The dogs are having a great time, running up and back down the trail with me. Eventually, I see what I think is Enos Lake in the distance and sort of get my bearings. So back to the father/son (I'm pleased to see he is on his feet again) and telling them we have to pick up the pace, as it's starting to get dark and I'm having a tough time picking up the trail in the light."What did he say?", asks the dad. "We have to speed up"says the son. This is just as we hit another wet, slippery down slope.
  I asked the girls to go ahead without us, so that if we don't get out before dark they could send in a search team, and I'm not kidding. I'm shitting bricks. The father is going really slowly, and I don't want to push him, plus I have no idea where I'm pushing him to. So now it's almost 4:00pm and getting darker by the minute. The land has leveled out and the dad is now making good time.
  I spot a trail marker! We start down a  trail, and for some reason I decide to yell for the girls.
"Down here" they say. "The trail's down here!" I was about to walk right past them and head out on another wrong turn.
  So after meeting up on a very well used trail, I decide it's time I run ahead and see if I can figure out where we are, since I'm the dumb-ass that got us into this. I keep going until I hit a paved road and realize we are, once again, going the wrong way. So I run back and turn them around. DOH.  I keep running the other direction until I know the cars are just around the corner.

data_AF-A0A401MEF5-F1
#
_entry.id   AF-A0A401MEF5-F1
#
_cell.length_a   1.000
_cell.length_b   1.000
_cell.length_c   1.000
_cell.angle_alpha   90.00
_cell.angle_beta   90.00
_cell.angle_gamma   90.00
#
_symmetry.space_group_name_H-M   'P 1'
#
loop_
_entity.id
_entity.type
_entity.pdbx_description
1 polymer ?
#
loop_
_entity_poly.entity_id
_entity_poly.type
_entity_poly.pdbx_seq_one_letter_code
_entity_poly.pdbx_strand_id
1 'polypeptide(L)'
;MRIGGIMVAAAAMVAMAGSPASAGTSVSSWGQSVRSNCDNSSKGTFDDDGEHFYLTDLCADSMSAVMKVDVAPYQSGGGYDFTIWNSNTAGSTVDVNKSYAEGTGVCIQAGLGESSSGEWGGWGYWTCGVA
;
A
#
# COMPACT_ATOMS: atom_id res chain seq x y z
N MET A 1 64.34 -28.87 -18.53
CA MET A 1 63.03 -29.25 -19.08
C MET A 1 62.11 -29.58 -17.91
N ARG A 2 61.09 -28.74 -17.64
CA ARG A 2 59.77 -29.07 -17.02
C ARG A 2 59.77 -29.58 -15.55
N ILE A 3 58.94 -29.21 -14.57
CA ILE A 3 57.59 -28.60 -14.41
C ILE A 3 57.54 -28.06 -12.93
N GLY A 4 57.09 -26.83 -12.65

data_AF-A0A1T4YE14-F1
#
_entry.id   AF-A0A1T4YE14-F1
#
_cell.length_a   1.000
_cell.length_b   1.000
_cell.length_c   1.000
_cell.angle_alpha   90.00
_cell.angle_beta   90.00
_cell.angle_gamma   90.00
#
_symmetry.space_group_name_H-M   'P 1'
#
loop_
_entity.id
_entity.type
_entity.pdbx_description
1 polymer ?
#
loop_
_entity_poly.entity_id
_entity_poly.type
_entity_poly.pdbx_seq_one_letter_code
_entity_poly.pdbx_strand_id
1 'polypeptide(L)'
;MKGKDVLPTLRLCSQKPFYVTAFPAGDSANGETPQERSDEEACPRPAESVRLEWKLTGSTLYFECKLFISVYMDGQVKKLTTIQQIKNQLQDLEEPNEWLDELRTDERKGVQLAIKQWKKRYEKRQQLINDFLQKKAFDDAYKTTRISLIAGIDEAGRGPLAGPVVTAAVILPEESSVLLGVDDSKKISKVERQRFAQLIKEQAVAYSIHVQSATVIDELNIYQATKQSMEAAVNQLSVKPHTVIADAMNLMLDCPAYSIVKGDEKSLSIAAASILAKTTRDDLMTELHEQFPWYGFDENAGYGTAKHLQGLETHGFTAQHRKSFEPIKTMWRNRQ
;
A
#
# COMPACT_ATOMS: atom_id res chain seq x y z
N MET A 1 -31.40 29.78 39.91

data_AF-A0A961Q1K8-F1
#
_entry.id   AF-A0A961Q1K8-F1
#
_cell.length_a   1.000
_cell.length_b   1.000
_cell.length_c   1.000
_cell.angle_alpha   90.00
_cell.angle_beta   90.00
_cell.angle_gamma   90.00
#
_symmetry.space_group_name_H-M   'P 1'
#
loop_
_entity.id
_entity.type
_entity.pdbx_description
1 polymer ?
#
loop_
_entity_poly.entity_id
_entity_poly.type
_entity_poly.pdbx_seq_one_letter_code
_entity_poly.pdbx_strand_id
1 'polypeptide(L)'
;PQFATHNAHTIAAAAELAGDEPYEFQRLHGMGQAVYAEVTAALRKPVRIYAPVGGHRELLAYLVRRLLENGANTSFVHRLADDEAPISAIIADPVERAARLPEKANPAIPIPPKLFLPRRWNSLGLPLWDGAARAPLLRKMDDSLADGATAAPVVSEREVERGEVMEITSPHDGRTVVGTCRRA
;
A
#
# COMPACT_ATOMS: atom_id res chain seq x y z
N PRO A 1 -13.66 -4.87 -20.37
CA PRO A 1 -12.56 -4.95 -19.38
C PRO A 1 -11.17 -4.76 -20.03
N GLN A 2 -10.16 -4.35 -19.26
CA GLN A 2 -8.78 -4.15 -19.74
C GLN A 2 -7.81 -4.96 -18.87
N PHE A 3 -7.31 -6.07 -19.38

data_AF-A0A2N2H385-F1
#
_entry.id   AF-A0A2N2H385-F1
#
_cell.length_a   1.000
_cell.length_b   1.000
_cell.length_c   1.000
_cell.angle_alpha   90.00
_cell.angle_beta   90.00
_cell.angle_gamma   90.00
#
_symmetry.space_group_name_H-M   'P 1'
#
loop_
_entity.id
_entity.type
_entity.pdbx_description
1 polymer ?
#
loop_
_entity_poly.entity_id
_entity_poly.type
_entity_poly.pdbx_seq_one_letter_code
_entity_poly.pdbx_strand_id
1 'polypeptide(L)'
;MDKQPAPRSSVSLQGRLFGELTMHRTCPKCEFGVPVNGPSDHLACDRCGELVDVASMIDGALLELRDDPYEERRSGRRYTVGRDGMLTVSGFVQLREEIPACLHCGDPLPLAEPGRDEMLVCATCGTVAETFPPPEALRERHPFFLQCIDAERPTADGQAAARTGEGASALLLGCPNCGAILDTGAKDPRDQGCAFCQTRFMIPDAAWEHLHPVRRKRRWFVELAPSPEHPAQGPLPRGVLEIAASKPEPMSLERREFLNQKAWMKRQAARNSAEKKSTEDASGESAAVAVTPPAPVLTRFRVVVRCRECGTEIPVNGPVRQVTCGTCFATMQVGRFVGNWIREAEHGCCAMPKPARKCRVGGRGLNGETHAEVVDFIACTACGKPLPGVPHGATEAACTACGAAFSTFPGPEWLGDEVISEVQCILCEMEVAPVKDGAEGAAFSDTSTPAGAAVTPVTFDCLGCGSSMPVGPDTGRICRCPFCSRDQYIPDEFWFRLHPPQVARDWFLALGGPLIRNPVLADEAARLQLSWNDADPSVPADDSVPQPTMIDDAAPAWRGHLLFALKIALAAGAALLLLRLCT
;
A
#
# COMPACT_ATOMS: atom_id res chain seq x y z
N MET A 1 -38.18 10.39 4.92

I am constantly apologizing to the father/son and our new friend Natalie. It's 4:10pm and it will be dark very soon. Making a bit of small talk now that we're safe, I ask the dad if he minds telling me how old he is. "86."he says. His son corrects him, "Dad, you're 88". Pretty amazing.
   Natalie heads off with her dog, and the father/son, me and Pauline and the 3 dogs finally walk into the parking lot. "I'm so sorry", I say again."At least we won't be in the newspapers tomorrow."
  "That was great", they say, "Thanks for the hike!"
I re-started running a couple of weeks ago, but today was a workout. Lots of adrenaline, and when I got home in complete darkness, clothes drenched in sweat, I realized I felt really good.
Random Trail Scene
  We went back the next day so I could show Portage and our friend Lynn the scene of the crime. Took a couple of pitchers.
This is an Arbutus Tree.

And another.

King of the Rock. That is the trail.

We found the Geo-Stash the next day. We signed the book and put it back.

Spanish Moss

Moss moss.

More moss

An unwelcome guest found in the bathroom.
  So, I guess the diet starts on January 1st. Happy New Year !


  1. Quite a story. The time you spent running trails surely helped you to get out of a potentially bad situation.

  2. For sure, Ron. It was good to really get the heart pumping again.

  3. Speaking as a fellow pylon, "I know this trail like the back of my hand" and "what could go wrong?"

    Love ya digger!
    Dora the explorer

  4. Hah ha, Dora, I used that line on the old fella, but like Swiss says, "I know this trail like the palm of my hand."
    Love you too! Take care.